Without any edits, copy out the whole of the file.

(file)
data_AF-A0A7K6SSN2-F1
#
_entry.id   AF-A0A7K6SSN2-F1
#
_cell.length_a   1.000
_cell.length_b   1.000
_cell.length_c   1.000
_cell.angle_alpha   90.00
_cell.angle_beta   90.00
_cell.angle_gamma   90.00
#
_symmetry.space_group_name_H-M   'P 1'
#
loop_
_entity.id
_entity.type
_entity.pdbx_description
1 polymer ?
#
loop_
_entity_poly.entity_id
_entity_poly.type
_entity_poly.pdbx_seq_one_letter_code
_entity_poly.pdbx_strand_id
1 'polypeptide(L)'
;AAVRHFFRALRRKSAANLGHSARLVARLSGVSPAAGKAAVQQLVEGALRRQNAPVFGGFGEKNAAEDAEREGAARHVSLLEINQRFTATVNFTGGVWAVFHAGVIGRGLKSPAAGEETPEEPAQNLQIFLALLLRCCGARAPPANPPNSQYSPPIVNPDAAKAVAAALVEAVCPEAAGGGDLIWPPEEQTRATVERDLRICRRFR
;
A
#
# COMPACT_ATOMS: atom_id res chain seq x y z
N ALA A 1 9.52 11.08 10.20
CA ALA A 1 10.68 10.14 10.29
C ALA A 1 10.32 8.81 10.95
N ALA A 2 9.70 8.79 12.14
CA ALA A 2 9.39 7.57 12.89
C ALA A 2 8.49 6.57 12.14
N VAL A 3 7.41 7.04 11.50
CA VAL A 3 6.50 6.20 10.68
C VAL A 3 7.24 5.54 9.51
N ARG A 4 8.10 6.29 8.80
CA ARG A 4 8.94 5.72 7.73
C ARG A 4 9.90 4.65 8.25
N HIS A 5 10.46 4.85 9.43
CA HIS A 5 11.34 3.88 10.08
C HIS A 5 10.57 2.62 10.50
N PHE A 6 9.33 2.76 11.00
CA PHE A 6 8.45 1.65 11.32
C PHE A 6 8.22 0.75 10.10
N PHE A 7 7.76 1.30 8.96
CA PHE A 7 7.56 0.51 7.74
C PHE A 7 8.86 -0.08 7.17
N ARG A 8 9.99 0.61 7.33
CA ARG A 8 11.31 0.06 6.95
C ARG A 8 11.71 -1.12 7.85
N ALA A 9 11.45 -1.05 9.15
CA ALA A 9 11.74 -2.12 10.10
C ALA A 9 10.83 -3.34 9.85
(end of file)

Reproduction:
data_AF-A0A7K6SSN2-F1
#
_entry.id   AF-A0A7K6SSN2-F1
#
_cell.length_a   1.000
_cell.length_b   1.000
_cell.length_c   1.000
_cell.angle_alpha   90.00
_cell.angle_beta   90.00
_cell.angle_gamma   90.00
#
_symmetry.space_group_name_H-M   'P 1'
#
loop_
_entity.id
_entity.type
_entity.pdbx_description
1 polymer ?
#
loop_
_entity_poly.entity_id
_entity_poly.type
_entity_poly.pdbx_seq_one_letter_code
_entity_poly.pdbx_strand_id
1 'polypeptide(L)'
;AAVRHFFRALRRKSAANLGHSARLVARLSGVSPAAGKAAVQQLVEGALRRQNAPVFGGFGEKNAAEDAEREGAARHVSLLEINQRFTATVNFTGGVWAVFHAGVIGRGLKSPAAGEETPEEPAQNLQIFLALLLRCCGARAPPANPPNSQYSPPIVNPDAAKAVAAALVEAVCPEAAGGGDLIWPPEEQTRATVERDLRICRRFR
;
A
#
# COMPACT_ATOMS: atom_id res chain seq x y z
N ALA A 1 9.52 11.08 10.20
CA ALA A 1 10.68 10.14 10.29
C ALA A 1 10.32 8.81 10.95
N ALA A 2 9.70 8.79 12.14
CA ALA A 2 9.39 7.57 12.89
C ALA A 2 8.49 6.57 12.14
N VAL A 3 7.41 7.04 11.50
CA VAL A 3 6.50 6.20 10.68
C VAL A 3 7.24 5.54 9.51
N ARG A 4 8.10 6.29 8.80
CA ARG A 4 8.94 5.72 7.73
C ARG A 4 9.90 4.65 8.25
N HIS A 5 10.46 4.85 9.43
CA HIS A 5 11.34 3.88 10.08
C HIS A 5 10.57 2.62 10.50
N PHE A 6 9.33 2.76 11.00
CA PHE A 6 8.45 1.65 11.32
C PHE A 6 8.22 0.75 10.10
N PHE A 7 7.76 1.30 8.96
CA PHE A 7 7.56 0.51 7.74
C PHE A 7 8.86 -0.08 7.17
N ARG A 8 9.99 0.61 7.33
CA ARG A 8 11.31 0.06 6.95
C ARG A 8 11.71 -1.12 7.85
N ALA A 9 11.45 -1.05 9.15
CA ALA A 9 11.74 -2.12 10.10
C ALA A 9 10.83 -3.34 9.85